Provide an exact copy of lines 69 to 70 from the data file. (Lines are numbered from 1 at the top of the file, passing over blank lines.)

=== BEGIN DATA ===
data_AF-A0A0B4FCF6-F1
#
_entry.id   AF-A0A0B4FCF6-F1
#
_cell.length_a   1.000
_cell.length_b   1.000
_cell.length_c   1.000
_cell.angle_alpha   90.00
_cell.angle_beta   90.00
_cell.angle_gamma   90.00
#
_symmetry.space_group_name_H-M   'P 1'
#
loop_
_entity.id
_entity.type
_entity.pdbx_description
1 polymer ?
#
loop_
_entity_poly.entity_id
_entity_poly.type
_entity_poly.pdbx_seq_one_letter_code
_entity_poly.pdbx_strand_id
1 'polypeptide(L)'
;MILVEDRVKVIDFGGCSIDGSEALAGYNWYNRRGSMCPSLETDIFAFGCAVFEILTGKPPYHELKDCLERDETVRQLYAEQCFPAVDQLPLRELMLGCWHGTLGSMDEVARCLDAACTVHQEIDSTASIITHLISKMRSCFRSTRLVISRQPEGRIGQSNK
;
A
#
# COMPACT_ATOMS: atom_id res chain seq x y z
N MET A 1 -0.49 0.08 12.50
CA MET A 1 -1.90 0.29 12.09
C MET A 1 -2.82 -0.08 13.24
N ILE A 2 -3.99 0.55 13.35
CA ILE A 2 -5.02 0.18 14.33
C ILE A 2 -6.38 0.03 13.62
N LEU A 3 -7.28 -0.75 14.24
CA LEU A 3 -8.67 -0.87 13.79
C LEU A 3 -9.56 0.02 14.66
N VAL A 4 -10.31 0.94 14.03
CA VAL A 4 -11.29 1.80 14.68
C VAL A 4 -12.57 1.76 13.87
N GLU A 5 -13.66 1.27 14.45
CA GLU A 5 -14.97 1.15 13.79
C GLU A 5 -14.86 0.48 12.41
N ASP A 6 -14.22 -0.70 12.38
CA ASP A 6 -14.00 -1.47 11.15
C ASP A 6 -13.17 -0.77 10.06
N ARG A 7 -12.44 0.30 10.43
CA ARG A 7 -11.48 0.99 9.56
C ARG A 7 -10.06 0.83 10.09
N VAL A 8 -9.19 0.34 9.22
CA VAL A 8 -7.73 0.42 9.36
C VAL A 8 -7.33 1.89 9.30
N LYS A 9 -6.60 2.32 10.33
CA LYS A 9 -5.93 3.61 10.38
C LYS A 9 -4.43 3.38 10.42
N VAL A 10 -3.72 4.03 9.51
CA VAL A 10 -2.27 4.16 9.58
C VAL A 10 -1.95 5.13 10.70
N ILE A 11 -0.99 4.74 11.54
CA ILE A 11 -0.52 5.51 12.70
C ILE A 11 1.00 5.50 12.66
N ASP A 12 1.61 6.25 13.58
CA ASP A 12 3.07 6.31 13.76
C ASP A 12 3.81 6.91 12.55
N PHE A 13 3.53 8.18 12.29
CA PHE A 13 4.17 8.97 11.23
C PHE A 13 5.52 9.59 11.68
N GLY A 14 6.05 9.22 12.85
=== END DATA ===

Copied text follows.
C PHE A 13 5.52 9.59 11.68
N GLY A 14 6.05 9.22 12.85